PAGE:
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  • Yet another case of research funds and 3 years "study" being wasted.

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  • Three years pay for coming up with that crap???

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  • Well I see both sides of the coin after reading most of the comments, and I still feel it is valuable for stupid people, so what we have to do, is workout how we can use this research/study to make a connection to the stupid people who are maintaing low staffing levels and giving us poor working conditions.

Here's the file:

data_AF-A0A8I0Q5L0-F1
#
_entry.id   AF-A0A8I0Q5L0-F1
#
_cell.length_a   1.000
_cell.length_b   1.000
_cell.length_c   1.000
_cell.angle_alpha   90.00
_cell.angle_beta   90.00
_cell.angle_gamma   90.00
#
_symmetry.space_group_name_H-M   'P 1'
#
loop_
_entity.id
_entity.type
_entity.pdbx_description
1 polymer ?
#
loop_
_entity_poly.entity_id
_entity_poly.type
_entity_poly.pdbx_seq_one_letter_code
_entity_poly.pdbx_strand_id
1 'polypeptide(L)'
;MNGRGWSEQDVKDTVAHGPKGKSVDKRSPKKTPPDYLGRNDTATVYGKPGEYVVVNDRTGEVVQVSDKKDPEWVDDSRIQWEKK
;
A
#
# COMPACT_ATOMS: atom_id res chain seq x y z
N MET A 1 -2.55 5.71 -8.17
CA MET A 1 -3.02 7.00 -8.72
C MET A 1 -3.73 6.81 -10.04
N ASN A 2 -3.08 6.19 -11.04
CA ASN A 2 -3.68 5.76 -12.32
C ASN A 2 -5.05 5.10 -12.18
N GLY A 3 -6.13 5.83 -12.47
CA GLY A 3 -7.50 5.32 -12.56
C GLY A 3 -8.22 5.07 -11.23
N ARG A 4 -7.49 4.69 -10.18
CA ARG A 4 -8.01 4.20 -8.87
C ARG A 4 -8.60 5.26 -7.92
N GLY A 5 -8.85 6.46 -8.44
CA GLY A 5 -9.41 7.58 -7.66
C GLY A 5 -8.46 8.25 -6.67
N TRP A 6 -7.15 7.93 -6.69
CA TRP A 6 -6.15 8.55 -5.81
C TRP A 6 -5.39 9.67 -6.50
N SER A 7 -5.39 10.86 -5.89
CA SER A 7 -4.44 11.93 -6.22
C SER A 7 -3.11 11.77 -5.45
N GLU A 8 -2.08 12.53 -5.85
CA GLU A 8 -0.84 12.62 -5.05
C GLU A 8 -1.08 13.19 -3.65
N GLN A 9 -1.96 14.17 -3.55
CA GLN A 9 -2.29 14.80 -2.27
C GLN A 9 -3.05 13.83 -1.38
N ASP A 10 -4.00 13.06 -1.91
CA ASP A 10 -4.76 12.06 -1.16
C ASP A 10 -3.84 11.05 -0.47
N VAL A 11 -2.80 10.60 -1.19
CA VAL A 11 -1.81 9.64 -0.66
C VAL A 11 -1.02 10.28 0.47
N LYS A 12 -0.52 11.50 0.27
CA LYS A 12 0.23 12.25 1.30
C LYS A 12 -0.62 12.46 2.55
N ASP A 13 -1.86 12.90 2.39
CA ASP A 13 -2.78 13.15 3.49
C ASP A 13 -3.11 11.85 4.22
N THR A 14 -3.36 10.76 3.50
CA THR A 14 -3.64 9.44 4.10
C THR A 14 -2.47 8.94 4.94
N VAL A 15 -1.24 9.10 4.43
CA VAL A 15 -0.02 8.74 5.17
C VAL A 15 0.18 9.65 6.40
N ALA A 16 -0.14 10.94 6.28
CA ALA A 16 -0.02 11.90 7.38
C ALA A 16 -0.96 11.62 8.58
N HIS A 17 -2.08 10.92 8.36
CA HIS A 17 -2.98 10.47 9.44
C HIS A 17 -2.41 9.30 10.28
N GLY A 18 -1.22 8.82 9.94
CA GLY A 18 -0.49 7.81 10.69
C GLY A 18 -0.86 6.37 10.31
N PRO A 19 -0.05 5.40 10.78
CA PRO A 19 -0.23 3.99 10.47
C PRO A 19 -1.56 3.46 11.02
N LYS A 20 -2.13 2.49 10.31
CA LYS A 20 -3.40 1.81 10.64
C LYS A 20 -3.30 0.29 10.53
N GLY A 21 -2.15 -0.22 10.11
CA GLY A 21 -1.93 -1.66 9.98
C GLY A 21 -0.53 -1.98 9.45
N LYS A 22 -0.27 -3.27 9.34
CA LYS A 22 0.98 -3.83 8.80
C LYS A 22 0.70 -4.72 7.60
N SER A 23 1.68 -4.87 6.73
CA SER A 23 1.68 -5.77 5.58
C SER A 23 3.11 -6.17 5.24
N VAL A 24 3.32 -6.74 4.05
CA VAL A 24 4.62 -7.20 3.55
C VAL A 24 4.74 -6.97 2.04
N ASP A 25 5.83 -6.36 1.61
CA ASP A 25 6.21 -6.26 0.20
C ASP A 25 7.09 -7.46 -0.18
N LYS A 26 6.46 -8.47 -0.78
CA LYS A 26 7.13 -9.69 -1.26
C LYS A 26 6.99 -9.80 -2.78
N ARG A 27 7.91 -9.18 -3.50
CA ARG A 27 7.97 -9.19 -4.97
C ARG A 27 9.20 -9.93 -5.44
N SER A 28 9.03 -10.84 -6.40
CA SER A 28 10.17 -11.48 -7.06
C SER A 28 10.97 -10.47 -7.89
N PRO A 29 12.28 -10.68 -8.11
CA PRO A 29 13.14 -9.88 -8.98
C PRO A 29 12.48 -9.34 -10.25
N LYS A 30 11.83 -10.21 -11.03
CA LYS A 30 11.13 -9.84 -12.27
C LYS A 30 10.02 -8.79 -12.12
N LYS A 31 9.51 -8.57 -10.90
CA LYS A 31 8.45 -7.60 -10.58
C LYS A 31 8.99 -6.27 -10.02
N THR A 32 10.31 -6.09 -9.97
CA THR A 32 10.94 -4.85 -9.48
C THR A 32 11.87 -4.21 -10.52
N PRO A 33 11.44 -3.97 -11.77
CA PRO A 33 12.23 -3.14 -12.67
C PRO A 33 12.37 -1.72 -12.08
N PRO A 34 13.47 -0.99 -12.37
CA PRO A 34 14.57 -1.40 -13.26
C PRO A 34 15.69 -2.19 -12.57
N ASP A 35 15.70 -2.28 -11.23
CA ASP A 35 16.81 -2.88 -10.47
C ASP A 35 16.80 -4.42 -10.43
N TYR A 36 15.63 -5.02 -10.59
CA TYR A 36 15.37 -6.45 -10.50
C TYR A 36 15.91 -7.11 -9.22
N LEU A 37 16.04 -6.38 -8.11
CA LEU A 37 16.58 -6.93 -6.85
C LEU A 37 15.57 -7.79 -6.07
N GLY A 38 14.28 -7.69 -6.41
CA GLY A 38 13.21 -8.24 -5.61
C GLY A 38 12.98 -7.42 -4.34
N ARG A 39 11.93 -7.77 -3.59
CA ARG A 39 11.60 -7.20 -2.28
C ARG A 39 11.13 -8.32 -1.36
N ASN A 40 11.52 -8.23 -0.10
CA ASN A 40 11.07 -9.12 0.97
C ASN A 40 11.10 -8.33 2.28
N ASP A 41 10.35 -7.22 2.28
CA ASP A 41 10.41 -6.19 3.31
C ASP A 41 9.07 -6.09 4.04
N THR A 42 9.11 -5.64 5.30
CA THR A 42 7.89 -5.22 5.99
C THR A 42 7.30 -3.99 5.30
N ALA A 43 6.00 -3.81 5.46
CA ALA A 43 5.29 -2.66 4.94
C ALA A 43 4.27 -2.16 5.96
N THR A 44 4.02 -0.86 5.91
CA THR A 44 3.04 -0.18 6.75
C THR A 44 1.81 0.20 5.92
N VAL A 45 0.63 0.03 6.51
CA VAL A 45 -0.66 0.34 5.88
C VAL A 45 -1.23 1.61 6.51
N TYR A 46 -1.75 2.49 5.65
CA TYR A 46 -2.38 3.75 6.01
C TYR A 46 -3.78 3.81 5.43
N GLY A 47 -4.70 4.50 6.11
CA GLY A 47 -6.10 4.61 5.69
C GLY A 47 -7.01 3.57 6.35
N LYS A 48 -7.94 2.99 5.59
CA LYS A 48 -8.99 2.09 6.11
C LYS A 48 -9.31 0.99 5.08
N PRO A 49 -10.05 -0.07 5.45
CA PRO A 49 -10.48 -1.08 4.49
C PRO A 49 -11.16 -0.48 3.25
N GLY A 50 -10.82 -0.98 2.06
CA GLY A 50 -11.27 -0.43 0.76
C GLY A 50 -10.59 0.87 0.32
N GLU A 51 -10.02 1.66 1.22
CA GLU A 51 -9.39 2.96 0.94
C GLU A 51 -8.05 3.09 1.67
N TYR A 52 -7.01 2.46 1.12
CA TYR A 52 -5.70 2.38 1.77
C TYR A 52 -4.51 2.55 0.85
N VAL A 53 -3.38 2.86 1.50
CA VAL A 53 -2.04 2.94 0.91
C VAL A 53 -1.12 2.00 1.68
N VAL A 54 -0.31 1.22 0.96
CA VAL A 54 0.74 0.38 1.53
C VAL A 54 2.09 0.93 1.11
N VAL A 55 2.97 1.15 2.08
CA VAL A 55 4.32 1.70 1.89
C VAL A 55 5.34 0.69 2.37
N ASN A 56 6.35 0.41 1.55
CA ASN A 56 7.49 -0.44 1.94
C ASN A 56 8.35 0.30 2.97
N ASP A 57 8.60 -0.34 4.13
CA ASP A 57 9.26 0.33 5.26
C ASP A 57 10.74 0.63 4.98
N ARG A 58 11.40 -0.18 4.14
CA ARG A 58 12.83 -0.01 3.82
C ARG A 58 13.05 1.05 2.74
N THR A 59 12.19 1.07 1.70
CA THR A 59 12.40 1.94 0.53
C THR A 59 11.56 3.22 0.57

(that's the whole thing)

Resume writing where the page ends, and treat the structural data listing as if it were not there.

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  • Anonymous | 20-Nov-2012 9:41 am

    'Three years pay for coming up with that crap???'

    And it will still be way more than you and many of your colleagues have done!

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  • Anonymous | 20-Nov-2012 6:16 pm

    And it will still be way more than you and many of your colleagues have done!

    or will ever do i'm afraid. it's easier to moan and do nothing. but thats nurses for you.

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  • perspicacious!